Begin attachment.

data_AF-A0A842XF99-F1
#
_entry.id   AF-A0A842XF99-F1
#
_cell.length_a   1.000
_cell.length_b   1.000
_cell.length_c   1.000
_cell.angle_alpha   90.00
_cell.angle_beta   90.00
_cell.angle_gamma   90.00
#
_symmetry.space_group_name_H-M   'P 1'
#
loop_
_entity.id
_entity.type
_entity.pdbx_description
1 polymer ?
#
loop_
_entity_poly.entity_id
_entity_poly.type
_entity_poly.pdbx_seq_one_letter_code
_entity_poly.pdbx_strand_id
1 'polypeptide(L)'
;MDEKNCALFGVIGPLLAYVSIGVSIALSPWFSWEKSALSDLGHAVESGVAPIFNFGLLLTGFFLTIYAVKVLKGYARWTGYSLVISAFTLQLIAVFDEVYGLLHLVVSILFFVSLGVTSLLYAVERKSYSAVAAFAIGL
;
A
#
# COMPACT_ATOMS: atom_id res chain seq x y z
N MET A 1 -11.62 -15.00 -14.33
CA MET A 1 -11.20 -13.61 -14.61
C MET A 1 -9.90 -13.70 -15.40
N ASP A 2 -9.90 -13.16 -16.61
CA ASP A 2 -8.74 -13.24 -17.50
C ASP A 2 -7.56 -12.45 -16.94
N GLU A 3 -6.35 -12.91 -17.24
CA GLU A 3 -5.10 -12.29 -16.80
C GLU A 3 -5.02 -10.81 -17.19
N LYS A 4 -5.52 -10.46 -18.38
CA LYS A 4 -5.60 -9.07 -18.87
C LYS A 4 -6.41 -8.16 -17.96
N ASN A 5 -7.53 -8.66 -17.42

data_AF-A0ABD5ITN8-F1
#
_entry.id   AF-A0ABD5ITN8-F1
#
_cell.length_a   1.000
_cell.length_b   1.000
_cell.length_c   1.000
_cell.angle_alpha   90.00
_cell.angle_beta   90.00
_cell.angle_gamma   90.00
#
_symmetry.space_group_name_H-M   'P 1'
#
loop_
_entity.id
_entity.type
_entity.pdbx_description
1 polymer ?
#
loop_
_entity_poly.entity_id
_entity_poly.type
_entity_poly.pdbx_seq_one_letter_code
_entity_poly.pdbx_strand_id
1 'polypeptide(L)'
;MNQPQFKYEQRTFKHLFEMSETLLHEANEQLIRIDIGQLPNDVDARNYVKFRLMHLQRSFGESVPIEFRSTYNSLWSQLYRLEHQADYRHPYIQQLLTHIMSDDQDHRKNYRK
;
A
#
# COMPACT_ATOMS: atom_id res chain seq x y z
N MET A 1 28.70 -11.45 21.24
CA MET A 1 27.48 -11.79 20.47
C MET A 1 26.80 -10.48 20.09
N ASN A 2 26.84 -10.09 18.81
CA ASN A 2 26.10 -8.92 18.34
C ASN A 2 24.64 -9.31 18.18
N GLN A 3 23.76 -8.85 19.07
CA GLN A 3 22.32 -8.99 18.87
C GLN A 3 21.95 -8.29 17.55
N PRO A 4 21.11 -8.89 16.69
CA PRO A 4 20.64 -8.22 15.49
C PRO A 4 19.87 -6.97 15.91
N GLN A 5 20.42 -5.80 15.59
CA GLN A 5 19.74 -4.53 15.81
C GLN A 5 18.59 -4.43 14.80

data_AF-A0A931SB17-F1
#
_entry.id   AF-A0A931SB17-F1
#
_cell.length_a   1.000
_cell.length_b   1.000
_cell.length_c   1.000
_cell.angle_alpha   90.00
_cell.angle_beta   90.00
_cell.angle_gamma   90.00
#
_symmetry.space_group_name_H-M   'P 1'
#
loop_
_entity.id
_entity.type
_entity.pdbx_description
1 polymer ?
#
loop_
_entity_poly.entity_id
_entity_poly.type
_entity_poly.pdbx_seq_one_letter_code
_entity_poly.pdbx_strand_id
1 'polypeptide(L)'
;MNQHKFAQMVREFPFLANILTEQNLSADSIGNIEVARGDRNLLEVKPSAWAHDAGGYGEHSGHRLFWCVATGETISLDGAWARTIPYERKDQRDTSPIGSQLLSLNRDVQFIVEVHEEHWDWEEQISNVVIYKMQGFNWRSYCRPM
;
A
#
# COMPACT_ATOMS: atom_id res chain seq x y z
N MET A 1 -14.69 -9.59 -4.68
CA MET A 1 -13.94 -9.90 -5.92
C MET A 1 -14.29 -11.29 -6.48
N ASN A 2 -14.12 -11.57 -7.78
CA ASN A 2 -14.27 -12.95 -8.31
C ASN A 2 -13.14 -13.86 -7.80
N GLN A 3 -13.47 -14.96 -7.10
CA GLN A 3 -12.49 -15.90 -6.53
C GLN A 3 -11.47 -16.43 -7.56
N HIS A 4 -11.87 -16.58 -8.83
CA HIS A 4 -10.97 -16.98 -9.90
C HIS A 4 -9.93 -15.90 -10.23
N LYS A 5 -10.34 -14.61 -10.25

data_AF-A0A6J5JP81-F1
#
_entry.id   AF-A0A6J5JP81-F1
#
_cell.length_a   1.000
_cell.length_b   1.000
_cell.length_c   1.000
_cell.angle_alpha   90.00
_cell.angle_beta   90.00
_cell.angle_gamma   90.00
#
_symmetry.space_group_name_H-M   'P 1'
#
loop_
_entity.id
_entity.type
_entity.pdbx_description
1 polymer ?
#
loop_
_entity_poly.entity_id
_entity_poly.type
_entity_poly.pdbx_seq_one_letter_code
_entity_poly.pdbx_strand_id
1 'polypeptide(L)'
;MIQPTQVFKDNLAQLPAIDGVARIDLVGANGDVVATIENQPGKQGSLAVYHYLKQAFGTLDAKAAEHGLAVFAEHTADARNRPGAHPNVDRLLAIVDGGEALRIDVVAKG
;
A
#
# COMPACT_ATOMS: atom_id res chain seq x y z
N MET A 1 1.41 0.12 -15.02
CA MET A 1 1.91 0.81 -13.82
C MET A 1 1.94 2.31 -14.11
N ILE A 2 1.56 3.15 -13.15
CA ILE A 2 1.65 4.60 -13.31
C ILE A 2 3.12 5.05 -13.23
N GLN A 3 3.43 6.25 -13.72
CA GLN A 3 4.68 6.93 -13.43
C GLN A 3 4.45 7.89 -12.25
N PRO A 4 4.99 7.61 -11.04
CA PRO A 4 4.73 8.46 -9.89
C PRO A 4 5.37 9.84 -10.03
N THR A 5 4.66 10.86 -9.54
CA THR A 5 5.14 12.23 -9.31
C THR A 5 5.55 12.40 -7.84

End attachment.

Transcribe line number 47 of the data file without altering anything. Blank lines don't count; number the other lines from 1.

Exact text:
#